Long-Winded Tip

So, the long-winded tip for this week is to always pack at least one bottle of water and a couple of small snacks before a ride. Even if you don’t use them during the ride it’s better to have them and not need them than need them and not have them!!!

Have a great week!!!

Ride Often/Ride Safe

Where Am I?

We are definitely guilty of this one. Have you ever taken a ride into a mountainous area counting completely on your phone or GPS? If so, like us, you will learn that many times you will lose signal on your phone and GPS while riding through the mountains. Usually, by the time that happens, you are deep into them and have no idea how to get back. Especially if you’re like us who like to explore side roads…lol.

What’s the solution? Well, glad you asked because that is the tip for this week. Always carry a paper road map of the area you are going to ride in. If you never lose signal on your phone or GPS, great, but if you do, you will be prepared.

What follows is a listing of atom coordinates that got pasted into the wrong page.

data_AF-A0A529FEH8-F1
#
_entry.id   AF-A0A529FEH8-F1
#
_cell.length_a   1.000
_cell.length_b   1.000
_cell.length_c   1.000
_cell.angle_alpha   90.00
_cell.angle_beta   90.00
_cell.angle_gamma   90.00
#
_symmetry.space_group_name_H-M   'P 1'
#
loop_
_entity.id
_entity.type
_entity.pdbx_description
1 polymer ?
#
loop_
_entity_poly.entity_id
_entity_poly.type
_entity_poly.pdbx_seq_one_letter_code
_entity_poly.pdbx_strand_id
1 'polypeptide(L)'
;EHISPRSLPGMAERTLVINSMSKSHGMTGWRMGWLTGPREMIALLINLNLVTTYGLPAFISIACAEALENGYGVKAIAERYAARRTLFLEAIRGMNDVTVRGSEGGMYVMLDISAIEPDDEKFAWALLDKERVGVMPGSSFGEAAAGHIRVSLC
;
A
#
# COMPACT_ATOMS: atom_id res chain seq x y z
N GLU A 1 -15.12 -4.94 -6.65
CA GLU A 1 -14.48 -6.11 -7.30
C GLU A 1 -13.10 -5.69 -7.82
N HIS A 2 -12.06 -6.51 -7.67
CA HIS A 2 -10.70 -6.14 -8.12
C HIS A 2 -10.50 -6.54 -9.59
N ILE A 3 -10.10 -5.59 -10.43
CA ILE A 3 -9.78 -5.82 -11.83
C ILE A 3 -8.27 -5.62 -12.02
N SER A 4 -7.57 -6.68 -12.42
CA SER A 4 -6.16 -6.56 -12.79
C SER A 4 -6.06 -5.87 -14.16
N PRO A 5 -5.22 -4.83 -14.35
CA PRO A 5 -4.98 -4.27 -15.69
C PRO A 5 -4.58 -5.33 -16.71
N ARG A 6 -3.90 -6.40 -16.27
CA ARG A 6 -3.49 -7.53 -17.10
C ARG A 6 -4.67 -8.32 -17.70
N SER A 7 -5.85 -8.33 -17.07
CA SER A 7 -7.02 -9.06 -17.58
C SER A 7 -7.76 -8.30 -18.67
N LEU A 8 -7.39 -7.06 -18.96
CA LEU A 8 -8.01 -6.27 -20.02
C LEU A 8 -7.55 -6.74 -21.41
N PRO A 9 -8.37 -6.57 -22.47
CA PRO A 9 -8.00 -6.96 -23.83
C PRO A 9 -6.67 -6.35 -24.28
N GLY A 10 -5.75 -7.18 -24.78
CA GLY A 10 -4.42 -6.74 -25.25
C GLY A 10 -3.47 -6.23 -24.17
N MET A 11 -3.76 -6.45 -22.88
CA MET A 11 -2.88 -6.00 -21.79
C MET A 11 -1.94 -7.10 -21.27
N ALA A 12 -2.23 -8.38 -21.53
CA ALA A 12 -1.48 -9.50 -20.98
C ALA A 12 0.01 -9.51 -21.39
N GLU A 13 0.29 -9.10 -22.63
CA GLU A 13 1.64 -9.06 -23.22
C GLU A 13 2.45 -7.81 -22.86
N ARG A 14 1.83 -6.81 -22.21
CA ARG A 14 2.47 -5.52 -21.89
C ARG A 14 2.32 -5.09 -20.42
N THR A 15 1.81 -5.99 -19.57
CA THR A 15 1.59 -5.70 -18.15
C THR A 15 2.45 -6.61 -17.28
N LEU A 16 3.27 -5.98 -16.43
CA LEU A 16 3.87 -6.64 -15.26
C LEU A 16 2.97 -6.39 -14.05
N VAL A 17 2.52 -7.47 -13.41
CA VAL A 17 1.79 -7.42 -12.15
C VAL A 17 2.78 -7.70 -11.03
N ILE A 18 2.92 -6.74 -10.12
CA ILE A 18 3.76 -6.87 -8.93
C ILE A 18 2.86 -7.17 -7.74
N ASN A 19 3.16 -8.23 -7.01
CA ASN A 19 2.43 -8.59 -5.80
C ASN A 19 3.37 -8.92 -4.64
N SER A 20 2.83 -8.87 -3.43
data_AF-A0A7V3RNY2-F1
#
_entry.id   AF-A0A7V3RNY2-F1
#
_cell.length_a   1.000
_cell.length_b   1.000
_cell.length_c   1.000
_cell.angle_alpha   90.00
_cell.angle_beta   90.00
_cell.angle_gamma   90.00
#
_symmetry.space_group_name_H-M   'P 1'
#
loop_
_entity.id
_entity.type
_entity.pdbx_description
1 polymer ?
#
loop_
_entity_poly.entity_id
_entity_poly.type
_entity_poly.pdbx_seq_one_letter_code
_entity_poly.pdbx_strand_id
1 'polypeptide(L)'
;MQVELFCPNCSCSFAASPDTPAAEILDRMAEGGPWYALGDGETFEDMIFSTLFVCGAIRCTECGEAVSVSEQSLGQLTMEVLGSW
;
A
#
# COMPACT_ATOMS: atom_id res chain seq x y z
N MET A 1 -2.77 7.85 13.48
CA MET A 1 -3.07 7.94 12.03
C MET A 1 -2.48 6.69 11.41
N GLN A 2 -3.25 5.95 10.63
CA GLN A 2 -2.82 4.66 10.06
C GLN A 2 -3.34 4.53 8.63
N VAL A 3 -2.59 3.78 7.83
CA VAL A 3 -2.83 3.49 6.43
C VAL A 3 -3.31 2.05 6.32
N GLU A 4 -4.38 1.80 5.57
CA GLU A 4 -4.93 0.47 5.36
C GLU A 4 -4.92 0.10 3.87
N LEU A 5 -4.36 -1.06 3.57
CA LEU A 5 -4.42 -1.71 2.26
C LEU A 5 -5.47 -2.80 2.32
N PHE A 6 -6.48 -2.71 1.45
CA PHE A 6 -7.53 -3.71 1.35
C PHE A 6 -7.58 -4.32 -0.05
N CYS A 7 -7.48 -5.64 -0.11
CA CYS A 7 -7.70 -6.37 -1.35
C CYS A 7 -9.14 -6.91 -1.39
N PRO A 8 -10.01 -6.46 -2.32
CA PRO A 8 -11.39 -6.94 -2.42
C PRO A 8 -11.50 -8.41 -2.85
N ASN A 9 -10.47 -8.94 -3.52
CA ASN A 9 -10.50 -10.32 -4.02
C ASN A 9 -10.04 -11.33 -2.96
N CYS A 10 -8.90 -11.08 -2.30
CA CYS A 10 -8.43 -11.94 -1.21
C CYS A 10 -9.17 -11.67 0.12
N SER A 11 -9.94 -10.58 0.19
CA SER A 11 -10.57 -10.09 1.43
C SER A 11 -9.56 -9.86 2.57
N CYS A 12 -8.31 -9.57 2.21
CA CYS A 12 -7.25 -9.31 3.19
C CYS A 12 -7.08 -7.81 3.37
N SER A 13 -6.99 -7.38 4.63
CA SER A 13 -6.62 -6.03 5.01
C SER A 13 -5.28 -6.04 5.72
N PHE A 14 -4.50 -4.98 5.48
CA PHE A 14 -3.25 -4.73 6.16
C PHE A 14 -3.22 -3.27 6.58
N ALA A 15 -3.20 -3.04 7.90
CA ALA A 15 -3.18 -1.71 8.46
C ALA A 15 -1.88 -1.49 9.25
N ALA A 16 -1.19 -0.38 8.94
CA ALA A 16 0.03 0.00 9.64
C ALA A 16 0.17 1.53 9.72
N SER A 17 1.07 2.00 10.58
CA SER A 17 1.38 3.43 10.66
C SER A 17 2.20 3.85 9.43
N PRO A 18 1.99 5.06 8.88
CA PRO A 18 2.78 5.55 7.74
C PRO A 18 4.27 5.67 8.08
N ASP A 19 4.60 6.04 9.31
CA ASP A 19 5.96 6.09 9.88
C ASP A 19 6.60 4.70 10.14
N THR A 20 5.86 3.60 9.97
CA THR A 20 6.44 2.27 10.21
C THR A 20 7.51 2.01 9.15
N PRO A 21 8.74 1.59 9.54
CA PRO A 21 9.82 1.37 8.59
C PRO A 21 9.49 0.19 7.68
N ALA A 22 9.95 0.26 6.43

Ride Often/Ride Safe

Is That A Tar Snake?

Always scan the road surface. Sounds simple enough right? The fact is many riders are watching for cagers. Some are just sightseeing. While watching for cagers is definitely a good thing, don’t forget about the road surface. You should be looking for oil/antifreeze/any liquid spills, sand, loose gravel, tar snakes, debris or the dreaded pothole. All of these can be extremely dangerous.

So get out there and ride but always have your eyes scanning. I hope this helps. Have a great week!!!

Ride Often/Ride Safe

Are We There Yet?

If you love riding as much as I do, you will undoubtedly take some long trips every now and then. When I lived on Long Island, it took me an hour (or more sometimes) just to get off the Island and over the bridges. Then it could be a few more hours to get to the area I want to ride.

Take Breaks

Even though you might be really excited to get to your destination and want to ride straight through, make sure you take breaks. Many motorcycles can go long distances before they need gas. Just because your motorcycle can go a long distance before it needs to stop doesn’t mean you should.